With the spring 2016 semester course selection in full swing, ARTH 2198 Monsters and Marvels in Medieval Art makes its return for students of all majors and semester levels.
ARTH 2198 is a variable-topics class, meaning the content of the course changes each time it’s offered, according to the student admin system. Monsters and Marvels in Medieval Art is typically offered annually as a spring class and is the first of “a series of planned 2000-level art history classes,” History of Art professor Jean Givens said.
The course deals with how medieval artists often misrepresented Africans, Mongols and Muslims as “outrageously foreign” and “subhuman.” Non-Christians and Europeans also faced stigma in that they were seen as groups beyond social control. Students will discover what this imagery says about social attitudes in the Middle Ages and how scholars have addressed these issues through art, Givens said.
The course is open to all students and has no pre-requisites. Givens said she is “always glad to have a mix” of students from different major areas in this course.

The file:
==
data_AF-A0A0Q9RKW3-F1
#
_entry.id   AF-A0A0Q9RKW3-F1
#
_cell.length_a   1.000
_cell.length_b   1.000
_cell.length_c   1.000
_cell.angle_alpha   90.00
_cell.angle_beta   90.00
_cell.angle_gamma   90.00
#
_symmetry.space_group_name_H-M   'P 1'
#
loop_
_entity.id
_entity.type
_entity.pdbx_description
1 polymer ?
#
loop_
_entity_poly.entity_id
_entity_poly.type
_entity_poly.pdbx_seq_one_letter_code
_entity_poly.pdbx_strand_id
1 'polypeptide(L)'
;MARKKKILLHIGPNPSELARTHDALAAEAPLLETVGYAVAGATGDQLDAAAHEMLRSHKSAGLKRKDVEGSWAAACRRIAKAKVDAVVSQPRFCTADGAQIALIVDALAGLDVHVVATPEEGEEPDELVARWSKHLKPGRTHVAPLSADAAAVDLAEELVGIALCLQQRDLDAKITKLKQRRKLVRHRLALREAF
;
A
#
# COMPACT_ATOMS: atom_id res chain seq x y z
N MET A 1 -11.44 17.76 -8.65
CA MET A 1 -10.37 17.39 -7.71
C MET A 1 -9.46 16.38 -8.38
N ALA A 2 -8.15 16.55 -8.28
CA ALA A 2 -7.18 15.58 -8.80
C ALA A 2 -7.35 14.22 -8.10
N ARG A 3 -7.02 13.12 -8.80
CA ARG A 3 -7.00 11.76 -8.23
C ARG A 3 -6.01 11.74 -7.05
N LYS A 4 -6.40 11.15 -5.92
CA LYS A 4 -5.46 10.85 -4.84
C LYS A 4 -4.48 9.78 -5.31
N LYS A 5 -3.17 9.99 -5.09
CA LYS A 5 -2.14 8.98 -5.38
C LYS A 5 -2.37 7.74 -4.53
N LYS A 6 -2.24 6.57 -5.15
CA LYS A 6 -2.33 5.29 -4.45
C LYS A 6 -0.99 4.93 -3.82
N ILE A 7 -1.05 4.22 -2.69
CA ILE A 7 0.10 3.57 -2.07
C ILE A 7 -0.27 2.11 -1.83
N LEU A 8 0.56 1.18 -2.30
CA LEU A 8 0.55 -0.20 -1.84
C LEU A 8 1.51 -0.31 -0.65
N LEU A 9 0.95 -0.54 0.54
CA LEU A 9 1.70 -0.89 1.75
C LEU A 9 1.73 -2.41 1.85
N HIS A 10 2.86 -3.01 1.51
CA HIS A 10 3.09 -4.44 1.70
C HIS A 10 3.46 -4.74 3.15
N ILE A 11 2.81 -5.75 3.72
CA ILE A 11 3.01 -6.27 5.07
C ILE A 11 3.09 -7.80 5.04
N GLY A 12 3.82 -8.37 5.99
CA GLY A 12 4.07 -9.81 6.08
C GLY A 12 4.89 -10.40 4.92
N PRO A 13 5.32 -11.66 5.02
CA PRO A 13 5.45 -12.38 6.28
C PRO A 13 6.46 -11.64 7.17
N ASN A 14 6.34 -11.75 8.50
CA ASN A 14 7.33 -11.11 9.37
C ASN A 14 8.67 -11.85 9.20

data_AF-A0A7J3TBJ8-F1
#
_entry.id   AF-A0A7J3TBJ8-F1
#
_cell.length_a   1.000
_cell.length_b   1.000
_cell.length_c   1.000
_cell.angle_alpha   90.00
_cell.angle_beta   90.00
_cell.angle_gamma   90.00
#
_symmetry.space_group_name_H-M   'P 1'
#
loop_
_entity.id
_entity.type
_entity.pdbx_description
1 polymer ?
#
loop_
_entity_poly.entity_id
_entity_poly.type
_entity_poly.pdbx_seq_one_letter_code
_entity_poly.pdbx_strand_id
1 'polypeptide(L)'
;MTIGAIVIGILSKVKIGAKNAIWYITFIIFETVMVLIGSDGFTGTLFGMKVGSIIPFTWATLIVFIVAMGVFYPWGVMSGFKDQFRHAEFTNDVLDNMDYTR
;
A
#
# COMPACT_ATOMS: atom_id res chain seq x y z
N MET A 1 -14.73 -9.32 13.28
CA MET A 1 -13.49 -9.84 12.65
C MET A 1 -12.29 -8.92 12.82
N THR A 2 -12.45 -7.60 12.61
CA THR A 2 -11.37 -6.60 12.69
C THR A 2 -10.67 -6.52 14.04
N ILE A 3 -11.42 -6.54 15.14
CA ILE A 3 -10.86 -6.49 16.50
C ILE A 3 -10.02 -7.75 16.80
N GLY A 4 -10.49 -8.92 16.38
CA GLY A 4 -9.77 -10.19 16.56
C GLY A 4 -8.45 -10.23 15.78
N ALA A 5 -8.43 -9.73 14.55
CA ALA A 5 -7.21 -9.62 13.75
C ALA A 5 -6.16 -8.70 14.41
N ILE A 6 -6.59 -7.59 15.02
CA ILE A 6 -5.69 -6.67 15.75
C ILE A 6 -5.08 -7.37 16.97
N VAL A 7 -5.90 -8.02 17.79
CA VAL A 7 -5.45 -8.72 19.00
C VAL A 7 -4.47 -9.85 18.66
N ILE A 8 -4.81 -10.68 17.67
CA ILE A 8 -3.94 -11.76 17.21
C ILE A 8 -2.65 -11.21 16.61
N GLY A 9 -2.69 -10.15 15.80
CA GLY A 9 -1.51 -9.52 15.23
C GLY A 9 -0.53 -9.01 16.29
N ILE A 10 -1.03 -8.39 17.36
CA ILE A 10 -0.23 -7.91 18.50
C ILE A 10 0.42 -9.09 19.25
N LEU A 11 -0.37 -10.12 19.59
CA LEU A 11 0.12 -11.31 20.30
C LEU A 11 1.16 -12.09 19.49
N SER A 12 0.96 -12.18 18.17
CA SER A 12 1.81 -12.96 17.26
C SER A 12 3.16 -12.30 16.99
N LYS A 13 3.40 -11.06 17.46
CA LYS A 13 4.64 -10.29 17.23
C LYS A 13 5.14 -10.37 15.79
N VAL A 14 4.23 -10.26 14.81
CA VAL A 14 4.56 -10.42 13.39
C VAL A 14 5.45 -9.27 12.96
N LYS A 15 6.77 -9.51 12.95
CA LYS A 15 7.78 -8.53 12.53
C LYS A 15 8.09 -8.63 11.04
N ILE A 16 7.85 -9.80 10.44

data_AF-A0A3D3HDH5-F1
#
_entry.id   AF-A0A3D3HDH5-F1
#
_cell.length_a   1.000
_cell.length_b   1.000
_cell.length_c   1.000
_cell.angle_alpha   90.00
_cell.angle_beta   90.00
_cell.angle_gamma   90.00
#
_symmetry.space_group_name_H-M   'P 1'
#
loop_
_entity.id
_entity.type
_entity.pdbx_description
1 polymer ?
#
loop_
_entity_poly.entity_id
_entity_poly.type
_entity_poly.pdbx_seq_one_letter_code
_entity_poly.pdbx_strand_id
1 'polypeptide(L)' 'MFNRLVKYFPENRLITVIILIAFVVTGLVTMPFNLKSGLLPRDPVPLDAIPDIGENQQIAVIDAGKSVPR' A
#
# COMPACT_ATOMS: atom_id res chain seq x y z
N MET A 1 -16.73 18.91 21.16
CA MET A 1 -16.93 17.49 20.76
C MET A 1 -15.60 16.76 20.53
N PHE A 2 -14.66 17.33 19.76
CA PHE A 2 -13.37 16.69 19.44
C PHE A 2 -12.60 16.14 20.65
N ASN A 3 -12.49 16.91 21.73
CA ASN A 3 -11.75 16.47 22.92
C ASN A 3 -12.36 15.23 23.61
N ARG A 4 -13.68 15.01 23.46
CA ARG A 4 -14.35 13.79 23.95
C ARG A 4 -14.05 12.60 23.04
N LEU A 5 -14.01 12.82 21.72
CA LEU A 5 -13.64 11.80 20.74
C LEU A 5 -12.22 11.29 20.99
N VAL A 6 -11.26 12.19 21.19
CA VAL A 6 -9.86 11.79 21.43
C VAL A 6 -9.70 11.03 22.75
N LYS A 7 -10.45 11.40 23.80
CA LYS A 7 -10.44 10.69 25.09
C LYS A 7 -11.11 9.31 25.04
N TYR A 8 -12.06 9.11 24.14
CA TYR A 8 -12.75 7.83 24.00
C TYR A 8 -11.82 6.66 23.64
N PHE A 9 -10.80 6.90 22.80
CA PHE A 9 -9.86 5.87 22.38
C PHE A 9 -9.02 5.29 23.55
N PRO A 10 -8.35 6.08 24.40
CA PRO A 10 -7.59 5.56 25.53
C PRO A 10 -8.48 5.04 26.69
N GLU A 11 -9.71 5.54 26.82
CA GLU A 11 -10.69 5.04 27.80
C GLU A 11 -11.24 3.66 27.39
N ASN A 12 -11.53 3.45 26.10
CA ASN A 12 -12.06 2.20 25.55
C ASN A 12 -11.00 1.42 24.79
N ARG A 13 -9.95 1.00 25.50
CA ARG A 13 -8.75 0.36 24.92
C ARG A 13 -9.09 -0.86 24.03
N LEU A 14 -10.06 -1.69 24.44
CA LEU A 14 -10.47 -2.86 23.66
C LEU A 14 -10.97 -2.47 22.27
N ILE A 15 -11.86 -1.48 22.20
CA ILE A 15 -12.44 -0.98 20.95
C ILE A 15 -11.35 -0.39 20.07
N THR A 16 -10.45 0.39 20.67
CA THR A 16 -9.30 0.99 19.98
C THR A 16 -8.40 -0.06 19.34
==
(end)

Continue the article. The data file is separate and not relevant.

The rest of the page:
This is the second time Givens will teach Monsters and Marvels in Medieval Art.
“On one level, the class deals with the medieval origins of anti-Semitic and racist imagery,” Givens said. “But as I found when I taught the class last year, discussion naturally touches on modern perception.”
The intention for this course is to aid students in transitioning from broad 1000-level art courses into more involved 2000-level courses that allow for deeper discussion of both art and the tools art historians utilize, Givens said.
“The topic struck me as interesting in that it raises issues we’re still dealing with today, (such as) how often difference is stigmatized as bad,” Givens said.
Students who take ARTH 2198 will develop the visual literacy skills necessary for deep artistic analysis of works and render them into their appropriate social contexts. This will be an essential skill applicable to meditating many types of art in class and in daily life, Givens said.
“(These skills are) important whether you’re addressing high art or considering the pictures published in the New York Times,” Givens said.
Givens said she is looking forward to seeing how this year’s class of students addresses the issues laid out in the course.
“(In the past) I was really interested in the thoughtful ways students connected this historical material with modern attitudes,” Givens said. “And I’ll be looking forward to how the new group addresses these issues.”